SYDNEY (Reuters) – Macquarie Group raised its earnings guidance on Monday, sending stocks to a 12-month high, as the North American energy business’s hefty profits from a winter storm swept Texas and other states.
Macquarie said it expects fiscal 2021 profit to jump by as much as 10%, following warnings two weeks ago that revenues will be “slightly down”.
The energy business unit, which is designed to move large amounts of gas to meet unexpected demand, alone raised the investment bank’s estimated overall return to about A $ 400 million, analysts said.
“Extreme winter weather conditions in North America have significantly increased short-term client demand for Macquarie’s ability to maintain critical physical supplies across the commodity complex,” the company said in a statement.
Macquarie is North America’s second largest gas marketer, after major oil company BP. It purchases natural gas and moves it along pipelines and networks, usually from low-use areas to high-demand markets.
A deadly winter storm that crippled infrastructure and left millions of Texans without electricity forced generators to compete for natural gas supplies, driving up prices sharply in a deregulated market.
Supply difficulties had given Macquarie an unexpected advantage.
“Macquarie appears to be making good use of financial market volatility and dislocation,” Bank of America Securities analysts said in a note, as it raised its earnings forecast for the Sydney-based firm.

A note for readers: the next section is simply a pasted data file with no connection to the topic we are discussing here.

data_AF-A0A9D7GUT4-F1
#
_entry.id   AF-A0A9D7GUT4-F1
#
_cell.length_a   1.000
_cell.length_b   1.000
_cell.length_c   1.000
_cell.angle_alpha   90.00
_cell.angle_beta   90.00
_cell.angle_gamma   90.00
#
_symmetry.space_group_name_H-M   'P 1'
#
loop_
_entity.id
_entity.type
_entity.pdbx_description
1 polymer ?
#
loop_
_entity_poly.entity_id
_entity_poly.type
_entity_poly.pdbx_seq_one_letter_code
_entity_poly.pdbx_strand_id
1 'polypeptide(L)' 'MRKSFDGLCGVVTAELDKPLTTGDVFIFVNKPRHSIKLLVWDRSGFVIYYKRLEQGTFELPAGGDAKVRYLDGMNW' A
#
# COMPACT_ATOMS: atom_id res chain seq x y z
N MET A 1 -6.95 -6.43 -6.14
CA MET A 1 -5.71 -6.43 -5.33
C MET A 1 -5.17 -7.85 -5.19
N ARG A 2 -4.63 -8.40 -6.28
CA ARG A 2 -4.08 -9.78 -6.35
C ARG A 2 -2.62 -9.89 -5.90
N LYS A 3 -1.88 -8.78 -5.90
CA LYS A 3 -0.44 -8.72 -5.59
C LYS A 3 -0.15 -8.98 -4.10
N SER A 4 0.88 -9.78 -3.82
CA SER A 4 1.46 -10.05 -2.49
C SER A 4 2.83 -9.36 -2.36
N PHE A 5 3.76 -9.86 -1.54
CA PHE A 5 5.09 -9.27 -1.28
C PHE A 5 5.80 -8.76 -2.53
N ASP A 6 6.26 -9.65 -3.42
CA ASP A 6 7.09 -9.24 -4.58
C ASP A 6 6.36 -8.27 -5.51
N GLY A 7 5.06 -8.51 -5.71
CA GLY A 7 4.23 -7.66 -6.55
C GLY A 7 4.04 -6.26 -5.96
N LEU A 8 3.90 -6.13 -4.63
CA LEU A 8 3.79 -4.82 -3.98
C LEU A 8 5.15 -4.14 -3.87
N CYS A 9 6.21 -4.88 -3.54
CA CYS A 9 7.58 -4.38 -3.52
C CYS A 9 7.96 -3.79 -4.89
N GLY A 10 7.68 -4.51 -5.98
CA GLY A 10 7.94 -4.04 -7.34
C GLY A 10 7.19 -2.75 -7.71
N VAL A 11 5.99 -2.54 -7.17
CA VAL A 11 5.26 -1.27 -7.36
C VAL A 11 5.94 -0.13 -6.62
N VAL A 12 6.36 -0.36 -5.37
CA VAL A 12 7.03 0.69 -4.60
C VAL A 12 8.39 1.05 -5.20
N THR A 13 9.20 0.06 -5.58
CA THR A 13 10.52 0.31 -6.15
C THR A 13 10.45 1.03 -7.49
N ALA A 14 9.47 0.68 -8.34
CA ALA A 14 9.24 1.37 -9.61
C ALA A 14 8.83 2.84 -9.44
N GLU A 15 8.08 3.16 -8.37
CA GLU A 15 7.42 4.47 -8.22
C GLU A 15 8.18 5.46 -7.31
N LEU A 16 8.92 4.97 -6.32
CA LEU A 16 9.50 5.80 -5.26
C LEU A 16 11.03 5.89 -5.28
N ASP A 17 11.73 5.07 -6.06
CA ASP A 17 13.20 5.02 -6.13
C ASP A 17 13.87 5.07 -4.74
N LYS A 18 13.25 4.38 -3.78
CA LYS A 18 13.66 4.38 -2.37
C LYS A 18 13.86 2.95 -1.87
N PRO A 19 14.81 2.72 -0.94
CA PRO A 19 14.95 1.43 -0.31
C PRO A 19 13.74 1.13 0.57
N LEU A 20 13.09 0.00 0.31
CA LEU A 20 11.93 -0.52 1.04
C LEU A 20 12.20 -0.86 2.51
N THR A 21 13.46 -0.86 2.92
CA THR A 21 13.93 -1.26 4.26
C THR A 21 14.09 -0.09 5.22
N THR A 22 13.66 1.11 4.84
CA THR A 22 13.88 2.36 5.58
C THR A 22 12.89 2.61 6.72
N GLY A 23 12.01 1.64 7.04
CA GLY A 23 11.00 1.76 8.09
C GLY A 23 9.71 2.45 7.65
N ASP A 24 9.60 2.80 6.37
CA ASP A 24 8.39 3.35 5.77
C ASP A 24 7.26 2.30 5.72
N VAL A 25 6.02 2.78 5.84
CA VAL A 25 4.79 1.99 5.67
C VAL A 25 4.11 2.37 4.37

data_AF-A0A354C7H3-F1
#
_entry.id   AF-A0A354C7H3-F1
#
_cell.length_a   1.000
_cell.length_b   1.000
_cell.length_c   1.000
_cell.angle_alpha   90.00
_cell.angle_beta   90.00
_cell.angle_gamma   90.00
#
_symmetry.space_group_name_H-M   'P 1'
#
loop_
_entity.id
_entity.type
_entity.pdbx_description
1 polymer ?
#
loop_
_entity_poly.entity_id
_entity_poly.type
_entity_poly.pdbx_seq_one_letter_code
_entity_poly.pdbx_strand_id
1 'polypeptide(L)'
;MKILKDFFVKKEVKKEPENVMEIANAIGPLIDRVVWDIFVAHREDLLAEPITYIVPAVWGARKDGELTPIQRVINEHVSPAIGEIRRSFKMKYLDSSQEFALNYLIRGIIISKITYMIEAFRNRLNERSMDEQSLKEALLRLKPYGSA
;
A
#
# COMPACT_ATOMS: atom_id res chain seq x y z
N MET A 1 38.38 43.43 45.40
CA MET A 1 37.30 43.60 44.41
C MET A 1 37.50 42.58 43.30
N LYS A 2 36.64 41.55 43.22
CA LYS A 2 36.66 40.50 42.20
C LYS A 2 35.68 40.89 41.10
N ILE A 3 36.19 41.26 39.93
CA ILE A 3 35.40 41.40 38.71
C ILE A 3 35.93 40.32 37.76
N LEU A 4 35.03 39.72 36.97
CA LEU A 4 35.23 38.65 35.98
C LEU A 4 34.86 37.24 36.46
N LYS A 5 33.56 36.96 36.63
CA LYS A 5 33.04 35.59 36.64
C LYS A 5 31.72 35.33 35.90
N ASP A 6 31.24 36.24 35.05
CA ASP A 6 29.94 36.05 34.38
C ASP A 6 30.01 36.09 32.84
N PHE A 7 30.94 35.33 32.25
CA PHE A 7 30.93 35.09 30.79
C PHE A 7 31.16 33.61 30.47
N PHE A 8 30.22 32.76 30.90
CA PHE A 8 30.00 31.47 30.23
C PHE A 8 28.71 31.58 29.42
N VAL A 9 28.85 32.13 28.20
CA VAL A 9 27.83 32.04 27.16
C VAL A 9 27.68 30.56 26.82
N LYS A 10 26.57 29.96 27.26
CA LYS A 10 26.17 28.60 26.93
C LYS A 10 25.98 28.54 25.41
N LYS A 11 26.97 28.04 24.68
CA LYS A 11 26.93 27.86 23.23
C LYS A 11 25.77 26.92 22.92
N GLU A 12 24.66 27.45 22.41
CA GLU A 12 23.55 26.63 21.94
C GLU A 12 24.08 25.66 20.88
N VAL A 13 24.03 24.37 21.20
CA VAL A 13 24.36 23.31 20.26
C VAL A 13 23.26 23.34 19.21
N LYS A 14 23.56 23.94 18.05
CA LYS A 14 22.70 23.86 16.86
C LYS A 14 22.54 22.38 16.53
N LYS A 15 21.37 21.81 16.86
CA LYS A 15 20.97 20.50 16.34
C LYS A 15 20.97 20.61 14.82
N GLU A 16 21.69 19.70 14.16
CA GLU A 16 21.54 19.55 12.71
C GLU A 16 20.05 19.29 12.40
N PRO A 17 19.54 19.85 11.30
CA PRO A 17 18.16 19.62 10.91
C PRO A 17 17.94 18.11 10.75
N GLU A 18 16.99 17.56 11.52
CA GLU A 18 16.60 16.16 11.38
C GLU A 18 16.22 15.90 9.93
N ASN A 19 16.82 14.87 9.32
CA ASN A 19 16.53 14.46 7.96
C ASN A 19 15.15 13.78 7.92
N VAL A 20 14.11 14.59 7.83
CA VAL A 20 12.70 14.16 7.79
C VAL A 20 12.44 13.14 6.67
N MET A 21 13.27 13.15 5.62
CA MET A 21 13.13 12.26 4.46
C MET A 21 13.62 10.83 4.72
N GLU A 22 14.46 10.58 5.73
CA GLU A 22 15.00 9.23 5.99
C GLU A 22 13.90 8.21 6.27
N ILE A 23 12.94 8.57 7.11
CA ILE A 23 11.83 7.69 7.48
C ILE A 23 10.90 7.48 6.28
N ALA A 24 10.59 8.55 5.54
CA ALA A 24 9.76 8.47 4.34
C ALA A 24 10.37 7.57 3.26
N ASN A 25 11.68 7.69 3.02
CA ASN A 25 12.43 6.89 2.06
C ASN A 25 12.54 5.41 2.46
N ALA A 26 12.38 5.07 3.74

Macquarie’s performance last year was hurt by the pandemic, with weak deal-making and worsening economic conditions driving up the cost of impairment.
However, a strong initial public offering of its majority-owned data analytics software business, Nuix, late last year and a refresh in the energy business have helped push its share price back to pre-pandemic levels.
The company, which also operates Australia’s largest asset manager and investment banking business, is bracing for an extra boost from a rebound in local M&A activity this year.
Macquarie shares rose 4.31% to A $ 148.39 early Monday, the highest level in a year, outperforming the broader flat market. Share prices declined slightly in afternoon trading.
Earlier this month, the Sydney-based financial conglomerate had forecast full-year revenue for the group to be “slightly” lower than its 2020 fiscal year.
Macquarie’s Global Commodities and Markets Division accounts for nearly 40% of its group revenue. Analysts have previously raised concerns that the pandemic could erode the division’s profits if high-energy industries shut down.
Reporting by Paulina Duran and Jonathan Barrett; Additional reporting by Shriya Ramakrishnan; Edited by Peter Cooney, Jane Wardell & Shri Navaratnam